World Psoriasis Day 2019: Psoriasis and four other skin conditions that are not contagious
Psoriasis occurs when the immune system starts to attack healthy cells in the skin. It shows up as highly visible, thick, red and scaly skin patches.
Psoriasis occurs when the immune system starts to attack healthy cells in the skin
It shows up as highly visible, thick, red and scaly skin patches
according to the International Federation of Psoriasis Associations, psoriasis is not contagious at all
Skin diseases have always been attached to social stigma and misinformation. Since the symptoms are so obvious, most people tend to think that they are contagious. As a result, the affected person suffers twice, once physically with the disease and then mentally with all the reactions to it.
However, the truth is not all types of skin diseases are contagious. (A contagious disease can spread through direct contact with the affected person, or by sharing utensils or breathing in the contaminated air.)
Psoriasis is one such condition that has obvious symptoms but is not contagious. It shows up as highly visible, thick, red and scaly skin patches. Though, according to the International Federation of Psoriasis Associations, psoriasis is not contagious at all.
On World Psoriasis Day today (29 October), let’s have a look at a few such skin diseases that some people might presume to be contagious but aren’t.
Psoriasis occurs when the immune system starts to attack healthy cells in the skin. This triggers a chain of events. First, the skin tends to get inflamed. Second, skin cells go into a growth overdrive and start replacing themselves within days rather than weeks. And finally, thick scales start to form over the affected areas.
The exact cause of the condition is still unknown. Psoriasis can flare up with stress, smoking, injury, cold and dry weather or infections. Heavy medication and alcohol can also worsen the symptoms.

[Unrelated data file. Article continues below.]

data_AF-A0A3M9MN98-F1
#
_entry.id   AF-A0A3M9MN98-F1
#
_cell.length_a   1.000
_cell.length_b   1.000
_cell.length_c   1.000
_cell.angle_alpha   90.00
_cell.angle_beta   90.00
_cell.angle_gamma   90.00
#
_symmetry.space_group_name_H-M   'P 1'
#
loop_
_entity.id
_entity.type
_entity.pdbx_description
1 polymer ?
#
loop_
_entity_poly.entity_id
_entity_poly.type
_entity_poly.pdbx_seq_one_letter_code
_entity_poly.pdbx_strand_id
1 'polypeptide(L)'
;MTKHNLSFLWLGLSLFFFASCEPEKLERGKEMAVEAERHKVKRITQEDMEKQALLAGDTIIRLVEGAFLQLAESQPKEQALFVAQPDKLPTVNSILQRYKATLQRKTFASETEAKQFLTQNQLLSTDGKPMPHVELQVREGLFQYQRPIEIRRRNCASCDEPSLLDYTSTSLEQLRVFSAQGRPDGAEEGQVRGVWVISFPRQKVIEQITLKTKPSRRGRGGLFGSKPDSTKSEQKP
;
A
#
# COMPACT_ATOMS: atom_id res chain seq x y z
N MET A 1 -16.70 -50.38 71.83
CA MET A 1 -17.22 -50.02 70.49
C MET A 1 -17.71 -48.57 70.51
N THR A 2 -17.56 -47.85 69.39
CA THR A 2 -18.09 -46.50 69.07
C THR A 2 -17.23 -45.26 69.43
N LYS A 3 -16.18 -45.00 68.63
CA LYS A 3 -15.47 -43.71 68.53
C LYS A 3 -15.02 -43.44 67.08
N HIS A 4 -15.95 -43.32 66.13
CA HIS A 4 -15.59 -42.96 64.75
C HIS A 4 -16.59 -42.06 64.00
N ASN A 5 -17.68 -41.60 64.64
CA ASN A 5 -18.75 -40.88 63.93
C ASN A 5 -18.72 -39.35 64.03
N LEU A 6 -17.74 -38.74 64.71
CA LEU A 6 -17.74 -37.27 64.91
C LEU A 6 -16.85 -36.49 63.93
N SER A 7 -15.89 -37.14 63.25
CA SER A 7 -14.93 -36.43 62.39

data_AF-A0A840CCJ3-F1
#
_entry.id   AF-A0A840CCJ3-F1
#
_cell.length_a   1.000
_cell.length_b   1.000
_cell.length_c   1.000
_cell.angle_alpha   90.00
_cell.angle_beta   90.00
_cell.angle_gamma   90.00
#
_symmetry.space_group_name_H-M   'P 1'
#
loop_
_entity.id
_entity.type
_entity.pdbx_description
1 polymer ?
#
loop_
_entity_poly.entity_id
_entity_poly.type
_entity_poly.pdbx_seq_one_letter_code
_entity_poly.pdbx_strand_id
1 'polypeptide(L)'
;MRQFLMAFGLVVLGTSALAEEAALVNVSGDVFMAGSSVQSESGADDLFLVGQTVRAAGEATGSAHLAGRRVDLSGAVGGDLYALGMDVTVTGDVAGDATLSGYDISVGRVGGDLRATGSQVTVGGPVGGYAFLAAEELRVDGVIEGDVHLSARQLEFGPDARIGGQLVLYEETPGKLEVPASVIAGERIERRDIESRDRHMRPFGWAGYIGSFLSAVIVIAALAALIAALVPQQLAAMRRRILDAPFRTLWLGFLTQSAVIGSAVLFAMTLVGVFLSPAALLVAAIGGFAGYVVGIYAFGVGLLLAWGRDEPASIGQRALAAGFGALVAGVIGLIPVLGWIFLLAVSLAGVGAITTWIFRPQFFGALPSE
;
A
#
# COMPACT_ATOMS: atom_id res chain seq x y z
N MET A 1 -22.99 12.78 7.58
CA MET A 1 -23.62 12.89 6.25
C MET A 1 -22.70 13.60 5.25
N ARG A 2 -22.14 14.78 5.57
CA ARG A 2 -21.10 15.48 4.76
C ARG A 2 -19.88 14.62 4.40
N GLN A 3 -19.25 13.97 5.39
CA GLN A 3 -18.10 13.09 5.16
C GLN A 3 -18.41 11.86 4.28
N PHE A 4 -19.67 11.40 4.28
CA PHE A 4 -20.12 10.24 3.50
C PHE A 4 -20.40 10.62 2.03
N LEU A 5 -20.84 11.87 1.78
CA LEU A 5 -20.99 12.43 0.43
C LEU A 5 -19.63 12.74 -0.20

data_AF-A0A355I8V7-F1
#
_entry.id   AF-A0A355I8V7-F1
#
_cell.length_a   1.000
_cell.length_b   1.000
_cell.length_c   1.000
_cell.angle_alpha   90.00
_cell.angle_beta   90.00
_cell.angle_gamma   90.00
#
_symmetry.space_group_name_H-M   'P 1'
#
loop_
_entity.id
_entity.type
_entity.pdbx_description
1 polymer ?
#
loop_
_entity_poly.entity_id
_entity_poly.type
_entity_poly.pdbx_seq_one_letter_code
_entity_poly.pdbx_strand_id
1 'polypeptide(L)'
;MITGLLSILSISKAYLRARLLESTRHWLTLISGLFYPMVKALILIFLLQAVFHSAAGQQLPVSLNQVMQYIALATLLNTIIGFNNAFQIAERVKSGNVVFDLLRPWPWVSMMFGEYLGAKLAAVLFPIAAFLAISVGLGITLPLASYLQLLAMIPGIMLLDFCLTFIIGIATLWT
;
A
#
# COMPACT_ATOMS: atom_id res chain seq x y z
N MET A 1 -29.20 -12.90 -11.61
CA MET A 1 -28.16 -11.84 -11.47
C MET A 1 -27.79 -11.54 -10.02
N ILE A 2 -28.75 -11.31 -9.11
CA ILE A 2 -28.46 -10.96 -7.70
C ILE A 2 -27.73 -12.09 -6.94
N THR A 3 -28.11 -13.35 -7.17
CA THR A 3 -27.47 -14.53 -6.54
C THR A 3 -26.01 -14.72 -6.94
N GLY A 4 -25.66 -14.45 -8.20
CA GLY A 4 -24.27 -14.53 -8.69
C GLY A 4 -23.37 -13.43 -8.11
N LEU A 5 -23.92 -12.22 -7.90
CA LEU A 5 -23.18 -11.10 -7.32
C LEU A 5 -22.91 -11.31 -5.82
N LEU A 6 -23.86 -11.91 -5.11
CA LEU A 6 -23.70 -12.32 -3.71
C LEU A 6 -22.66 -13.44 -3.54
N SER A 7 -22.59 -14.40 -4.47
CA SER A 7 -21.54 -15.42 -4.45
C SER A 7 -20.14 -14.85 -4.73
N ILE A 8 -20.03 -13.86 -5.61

Nearly 0.5 to 2.8% of the Indian population is affected by this disorder. The disease can develop at any age, though it typically starts in people between 15 years and 35 years of age.
Sarcoidosis is yet another condition that occurs due to a faulty immune system. A person with sarcoidosis gets red, swollen bumps on their skin (granulomas) or skin rashes. In about 90% of cases, the disease also affects the lungs, leading to shortness of breath and dry cough. Some people may also experience chest pain.
Sarcoidosis usually affects people in their 40s and 50s and is more common in women than in men.
Vitiligo is a pigmentation disorder - you probably know someone with white patches on their skin, and have a ringside view of the discrimination they face.
The exact cause of the disease is unknown, however, it occurs due to loss of skin melanocytes (pigment cells in the skin). The condition gradually grows to cover larger areas of the skin. Some people may also lose colour from their hair and scalp.
The disease usually affects people in their 20s, but it can develop at any age. Vitiligo also runs in families. In heredity cases, the disease can be triggered by an injury, sunburn, pregnancy or stress.
Eczema is one of the most common skin conditions. It manifests as red, itchy patches. It is not a single condition but a group of conditions including, but not limited to, atopic dermatitis (most common in children), contact dermatitis (flares up by touching certain allergens) and seborrheic dermatitis (affects the scalp and oily areas of the face and body).
Experts believe that the disease occurs due to genetic or environmental factors but what exactly causes it is still not known. It is most often seen in babies and tends to get suppressed on its own as the child grows up. However, eczema can also occur in adults who didn’t have it in their childhood.
This condition starts with a pinkish rash anywhere on the skin. Over the next two to six weeks, smaller scaly spots might appear in the surrounding area and cause itchiness while they last. The disease subsides on its own, leaving black marks. The latter also disappear within six months to a year.
Pityriasis rosea affects people between the ages of 10 and 35 years. It has no known cause and does not spread with touch.
Health articles in Firstpost are written by myUpchar.com, India’s first and biggest resource for verified medical information. At myUpchar, researchers and journalists work with doctors to bring you information on all things health. For more information, please read our article on Psoriasis: Stages, Symptoms, Prevention.
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